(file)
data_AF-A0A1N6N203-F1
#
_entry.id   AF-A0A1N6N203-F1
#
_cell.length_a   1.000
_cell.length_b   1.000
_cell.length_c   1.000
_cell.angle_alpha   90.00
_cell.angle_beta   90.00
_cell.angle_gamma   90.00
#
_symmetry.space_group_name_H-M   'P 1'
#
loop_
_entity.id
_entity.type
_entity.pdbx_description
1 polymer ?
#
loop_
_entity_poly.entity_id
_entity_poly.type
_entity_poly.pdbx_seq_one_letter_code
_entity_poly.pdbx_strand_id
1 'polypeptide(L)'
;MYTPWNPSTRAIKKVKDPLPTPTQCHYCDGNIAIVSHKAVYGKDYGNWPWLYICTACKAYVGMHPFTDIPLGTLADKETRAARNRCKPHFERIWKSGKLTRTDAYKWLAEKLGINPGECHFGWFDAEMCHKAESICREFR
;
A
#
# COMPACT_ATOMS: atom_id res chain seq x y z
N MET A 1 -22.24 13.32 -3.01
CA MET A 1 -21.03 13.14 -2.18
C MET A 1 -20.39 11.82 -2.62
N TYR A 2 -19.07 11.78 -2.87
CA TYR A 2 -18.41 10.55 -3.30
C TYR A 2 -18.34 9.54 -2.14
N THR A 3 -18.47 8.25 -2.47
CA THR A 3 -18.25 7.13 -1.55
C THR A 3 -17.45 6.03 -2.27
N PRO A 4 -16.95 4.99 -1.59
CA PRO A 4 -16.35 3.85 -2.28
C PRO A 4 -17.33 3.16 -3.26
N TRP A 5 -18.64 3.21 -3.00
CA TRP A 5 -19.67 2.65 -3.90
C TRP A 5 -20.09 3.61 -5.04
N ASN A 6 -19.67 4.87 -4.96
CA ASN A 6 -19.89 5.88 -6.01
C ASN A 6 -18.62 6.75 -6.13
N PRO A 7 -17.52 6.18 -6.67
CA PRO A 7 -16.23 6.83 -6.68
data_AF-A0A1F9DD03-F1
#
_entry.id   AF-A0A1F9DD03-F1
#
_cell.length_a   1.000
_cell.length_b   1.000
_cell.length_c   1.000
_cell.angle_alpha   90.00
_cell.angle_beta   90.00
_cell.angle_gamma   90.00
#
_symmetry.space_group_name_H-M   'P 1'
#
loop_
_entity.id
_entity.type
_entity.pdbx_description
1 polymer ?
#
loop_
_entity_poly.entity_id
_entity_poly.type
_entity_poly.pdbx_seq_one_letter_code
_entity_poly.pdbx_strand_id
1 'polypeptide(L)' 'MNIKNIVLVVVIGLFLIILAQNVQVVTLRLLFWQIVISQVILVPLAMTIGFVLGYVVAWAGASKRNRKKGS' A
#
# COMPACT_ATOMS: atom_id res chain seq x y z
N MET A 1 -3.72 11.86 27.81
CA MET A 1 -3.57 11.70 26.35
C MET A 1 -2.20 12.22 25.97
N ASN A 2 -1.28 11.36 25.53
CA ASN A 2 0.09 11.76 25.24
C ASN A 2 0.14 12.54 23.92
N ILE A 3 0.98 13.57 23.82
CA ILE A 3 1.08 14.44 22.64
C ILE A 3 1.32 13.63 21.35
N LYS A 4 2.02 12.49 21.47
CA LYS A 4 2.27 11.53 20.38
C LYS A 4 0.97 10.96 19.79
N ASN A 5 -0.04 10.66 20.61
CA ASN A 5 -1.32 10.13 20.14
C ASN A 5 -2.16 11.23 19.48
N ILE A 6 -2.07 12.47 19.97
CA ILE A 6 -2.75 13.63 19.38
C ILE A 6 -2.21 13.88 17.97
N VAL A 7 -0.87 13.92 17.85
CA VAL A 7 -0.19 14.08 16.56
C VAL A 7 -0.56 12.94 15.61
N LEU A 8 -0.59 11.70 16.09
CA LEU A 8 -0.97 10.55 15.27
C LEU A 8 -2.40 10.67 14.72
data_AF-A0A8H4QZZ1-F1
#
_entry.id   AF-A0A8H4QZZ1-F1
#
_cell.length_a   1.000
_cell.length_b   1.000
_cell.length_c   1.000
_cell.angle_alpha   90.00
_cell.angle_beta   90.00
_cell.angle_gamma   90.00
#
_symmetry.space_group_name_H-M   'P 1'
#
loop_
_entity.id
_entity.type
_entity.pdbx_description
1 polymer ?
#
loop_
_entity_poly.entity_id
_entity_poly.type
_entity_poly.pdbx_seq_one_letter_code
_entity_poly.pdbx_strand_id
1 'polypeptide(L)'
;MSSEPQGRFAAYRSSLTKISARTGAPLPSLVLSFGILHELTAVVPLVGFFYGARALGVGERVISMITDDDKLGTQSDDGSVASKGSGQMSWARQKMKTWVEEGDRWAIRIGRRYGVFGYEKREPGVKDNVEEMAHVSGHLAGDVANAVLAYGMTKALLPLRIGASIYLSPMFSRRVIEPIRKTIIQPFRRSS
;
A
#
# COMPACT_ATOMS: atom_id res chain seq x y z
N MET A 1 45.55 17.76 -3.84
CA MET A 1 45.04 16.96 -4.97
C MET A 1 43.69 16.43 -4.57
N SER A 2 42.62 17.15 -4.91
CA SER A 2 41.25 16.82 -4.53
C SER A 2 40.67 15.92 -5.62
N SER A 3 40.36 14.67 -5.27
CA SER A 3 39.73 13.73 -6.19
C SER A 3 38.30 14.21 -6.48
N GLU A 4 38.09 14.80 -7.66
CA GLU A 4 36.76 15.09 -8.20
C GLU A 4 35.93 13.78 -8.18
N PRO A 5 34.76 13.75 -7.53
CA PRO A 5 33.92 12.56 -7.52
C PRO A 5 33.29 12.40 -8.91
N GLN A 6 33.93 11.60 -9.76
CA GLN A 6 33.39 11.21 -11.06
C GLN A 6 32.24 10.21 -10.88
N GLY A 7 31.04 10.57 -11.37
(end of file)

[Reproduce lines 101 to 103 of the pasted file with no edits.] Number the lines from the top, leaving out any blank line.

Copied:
C LEU A 8 -2.40 10.67 14.72
data_AF-A0A8H4QZZ1-F1
#